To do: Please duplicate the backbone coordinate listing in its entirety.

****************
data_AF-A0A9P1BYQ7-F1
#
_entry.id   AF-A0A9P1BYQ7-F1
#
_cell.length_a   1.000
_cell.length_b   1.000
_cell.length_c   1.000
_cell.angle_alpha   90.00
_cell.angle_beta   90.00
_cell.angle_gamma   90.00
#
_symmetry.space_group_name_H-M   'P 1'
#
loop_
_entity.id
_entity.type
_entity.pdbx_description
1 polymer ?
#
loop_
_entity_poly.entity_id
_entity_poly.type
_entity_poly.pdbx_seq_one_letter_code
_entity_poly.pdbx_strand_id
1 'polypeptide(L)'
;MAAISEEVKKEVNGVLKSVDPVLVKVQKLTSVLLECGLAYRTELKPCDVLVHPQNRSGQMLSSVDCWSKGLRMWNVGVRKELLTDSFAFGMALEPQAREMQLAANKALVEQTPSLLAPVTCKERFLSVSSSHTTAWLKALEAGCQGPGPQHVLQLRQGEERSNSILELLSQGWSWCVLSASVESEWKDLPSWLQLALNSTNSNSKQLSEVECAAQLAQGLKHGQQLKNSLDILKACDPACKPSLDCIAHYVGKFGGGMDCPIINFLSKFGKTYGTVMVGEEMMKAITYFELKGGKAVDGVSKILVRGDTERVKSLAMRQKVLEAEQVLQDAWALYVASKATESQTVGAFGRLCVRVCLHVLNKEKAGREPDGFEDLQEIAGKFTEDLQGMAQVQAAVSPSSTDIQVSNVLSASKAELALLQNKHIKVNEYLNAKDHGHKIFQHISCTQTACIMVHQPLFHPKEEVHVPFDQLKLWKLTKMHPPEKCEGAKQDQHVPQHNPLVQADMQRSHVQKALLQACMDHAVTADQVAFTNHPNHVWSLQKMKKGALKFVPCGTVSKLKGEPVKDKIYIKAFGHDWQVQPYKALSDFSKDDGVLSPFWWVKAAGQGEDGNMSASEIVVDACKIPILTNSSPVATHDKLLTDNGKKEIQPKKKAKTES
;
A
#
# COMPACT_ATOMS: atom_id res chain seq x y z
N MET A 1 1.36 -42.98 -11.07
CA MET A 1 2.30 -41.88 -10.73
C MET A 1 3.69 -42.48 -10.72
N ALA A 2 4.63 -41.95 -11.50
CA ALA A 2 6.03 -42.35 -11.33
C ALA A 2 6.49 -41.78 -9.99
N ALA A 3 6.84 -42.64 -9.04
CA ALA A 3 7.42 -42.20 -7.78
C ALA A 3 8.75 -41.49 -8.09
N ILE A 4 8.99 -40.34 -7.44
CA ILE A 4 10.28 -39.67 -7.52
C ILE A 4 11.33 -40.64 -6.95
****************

data_AF-A0A9P1BYQ7-F1
#
_entry.id   AF-A0A9P1BYQ7-F1
#
_cell.length_a   1.000
_cell.length_b   1.000
_cell.length_c   1.000
_cell.angle_alpha   90.00
_cell.angle_beta   90.00
_cell.angle_gamma   90.00
#
_symmetry.space_group_name_H-M   'P 1'
#
loop_
_entity.id
_entity.type
_entity.pdbx_description
1 polymer ?
#
loop_
_entity_poly.entity_id
_entity_poly.type
_entity_poly.pdbx_seq_one_letter_code
_entity_poly.pdbx_strand_id
1 'polypeptide(L)'
;MAAISEEVKKEVNGVLKSVDPVLVKVQKLTSVLLECGLAYRTELKPCDVLVHPQNRSGQMLSSVDCWSKGLRMWNVGVRKELLTDSFAFGMALEPQAREMQLAANKALVEQTPSLLAPVTCKERFLSVSSSHTTAWLKALEAGCQGPGPQHVLQLRQGEERSNSILELLSQGWSWCVLSASVESEWKDLPSWLQLALNSTNSNSKQLSEVECAAQLAQGLKHGQQLKNSLDILKACDPACKPSLDCIAHYVGKFGGGMDCPIINFLSKFGKTYGTVMVGEEMMKAITYFELKGGKAVDGVSKILVRGDTERVKSLAMRQKVLEAEQVLQDAWALYVASKATESQTVGAFGRLCVRVCLHVLNKEKAGREPDGFEDLQEIAGKFTEDLQGMAQVQAAVSPSSTDIQVSNVLSASKAELALLQNKHIKVNEYLNAKDHGHKIFQHISCTQTACIMVHQPLFHPKEEVHVPFDQLKLWKLTKMHPPEKCEGAKQDQHVPQHNPLVQADMQRSHVQKALLQACMDHAVTADQVAFTNHPNHVWSLQKMKKGALKFVPCGTVSKLKGEPVKDKIYIKAFGHDWQVQPYKALSDFSKDDGVLSPFWWVKAAGQGEDGNMSASEIVVDACKIPILTNSSPVATHDKLLTDNGKKEIQPKKKAKTES
;
A
#
# COMPACT_ATOMS: atom_id res chain seq x y z
N MET A 1 1.36 -42.98 -11.07
CA MET A 1 2.30 -41.88 -10.73
C MET A 1 3.69 -42.48 -10.72
N ALA A 2 4.63 -41.95 -11.50
CA ALA A 2 6.03 -42.35 -11.33
C ALA A 2 6.49 -41.78 -9.99
N ALA A 3 6.84 -42.64 -9.04
CA ALA A 3 7.42 -42.20 -7.78
C ALA A 3 8.75 -41.49 -8.09
N ILE A 4 8.99 -40.34 -7.44
CA ILE A 4 10.28 -39.67 -7.52
C ILE A 4 11.33 -40.64 -6.95